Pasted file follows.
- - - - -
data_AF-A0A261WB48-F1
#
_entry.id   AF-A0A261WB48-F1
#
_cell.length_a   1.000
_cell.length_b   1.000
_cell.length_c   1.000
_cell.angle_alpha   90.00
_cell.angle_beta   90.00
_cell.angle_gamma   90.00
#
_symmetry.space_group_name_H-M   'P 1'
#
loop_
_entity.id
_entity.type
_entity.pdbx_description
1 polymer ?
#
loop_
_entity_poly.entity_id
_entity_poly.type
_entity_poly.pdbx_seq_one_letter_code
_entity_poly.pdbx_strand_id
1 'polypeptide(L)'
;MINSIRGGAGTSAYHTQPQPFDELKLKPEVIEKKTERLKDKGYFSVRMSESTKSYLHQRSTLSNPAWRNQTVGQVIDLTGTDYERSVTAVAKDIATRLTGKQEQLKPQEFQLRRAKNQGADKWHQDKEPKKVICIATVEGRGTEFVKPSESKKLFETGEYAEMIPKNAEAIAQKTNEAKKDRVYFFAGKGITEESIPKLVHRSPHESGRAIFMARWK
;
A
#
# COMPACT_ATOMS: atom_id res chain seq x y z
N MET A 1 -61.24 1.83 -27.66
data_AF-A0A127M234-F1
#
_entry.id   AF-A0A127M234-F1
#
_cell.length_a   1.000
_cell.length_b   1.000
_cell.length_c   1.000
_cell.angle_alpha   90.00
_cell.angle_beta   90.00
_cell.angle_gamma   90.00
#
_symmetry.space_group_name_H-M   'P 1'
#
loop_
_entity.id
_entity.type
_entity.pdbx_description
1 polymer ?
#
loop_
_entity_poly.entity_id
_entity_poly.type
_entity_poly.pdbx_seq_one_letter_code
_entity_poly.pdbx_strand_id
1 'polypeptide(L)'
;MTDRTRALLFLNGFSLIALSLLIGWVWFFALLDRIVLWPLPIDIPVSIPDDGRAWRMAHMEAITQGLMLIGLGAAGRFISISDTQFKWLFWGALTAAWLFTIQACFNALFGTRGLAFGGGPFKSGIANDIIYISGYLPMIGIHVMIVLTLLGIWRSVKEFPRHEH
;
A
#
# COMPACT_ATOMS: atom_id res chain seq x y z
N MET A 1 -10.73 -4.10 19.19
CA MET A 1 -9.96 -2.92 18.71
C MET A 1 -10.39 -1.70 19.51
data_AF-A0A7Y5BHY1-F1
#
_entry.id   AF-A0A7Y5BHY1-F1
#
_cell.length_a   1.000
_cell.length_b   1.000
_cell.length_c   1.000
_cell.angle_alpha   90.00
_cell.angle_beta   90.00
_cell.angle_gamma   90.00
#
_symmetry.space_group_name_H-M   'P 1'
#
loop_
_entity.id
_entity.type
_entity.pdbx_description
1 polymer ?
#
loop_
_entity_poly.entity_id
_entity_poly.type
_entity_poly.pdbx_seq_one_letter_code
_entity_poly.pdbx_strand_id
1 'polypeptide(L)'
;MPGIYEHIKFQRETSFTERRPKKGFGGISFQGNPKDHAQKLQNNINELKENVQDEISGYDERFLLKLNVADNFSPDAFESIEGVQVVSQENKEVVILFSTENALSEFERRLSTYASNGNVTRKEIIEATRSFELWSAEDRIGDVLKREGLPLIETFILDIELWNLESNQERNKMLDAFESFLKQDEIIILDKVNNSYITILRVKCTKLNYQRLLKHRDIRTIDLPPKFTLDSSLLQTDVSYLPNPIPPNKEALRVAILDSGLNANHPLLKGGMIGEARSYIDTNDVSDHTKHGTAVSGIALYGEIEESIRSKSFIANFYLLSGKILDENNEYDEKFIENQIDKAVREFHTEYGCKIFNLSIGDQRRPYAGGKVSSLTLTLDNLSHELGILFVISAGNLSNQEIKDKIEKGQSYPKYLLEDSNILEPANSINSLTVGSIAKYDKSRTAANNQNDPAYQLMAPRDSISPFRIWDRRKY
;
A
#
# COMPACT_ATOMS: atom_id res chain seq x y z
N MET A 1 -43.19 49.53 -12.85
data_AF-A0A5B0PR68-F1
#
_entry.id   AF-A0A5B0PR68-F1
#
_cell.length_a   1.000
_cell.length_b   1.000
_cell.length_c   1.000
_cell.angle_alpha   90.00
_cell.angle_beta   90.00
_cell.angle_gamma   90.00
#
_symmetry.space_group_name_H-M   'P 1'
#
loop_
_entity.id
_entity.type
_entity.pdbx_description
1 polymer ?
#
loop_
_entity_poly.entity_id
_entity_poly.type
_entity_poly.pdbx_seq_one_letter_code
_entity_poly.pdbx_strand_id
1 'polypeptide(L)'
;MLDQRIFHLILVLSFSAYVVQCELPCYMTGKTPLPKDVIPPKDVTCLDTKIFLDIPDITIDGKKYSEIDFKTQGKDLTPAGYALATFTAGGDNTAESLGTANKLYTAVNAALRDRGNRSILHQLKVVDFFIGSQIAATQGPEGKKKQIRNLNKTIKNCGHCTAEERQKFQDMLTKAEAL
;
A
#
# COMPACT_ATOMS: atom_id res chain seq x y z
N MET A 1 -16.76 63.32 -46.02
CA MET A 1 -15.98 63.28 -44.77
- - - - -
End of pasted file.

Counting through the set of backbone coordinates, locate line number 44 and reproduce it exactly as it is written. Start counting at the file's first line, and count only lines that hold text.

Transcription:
#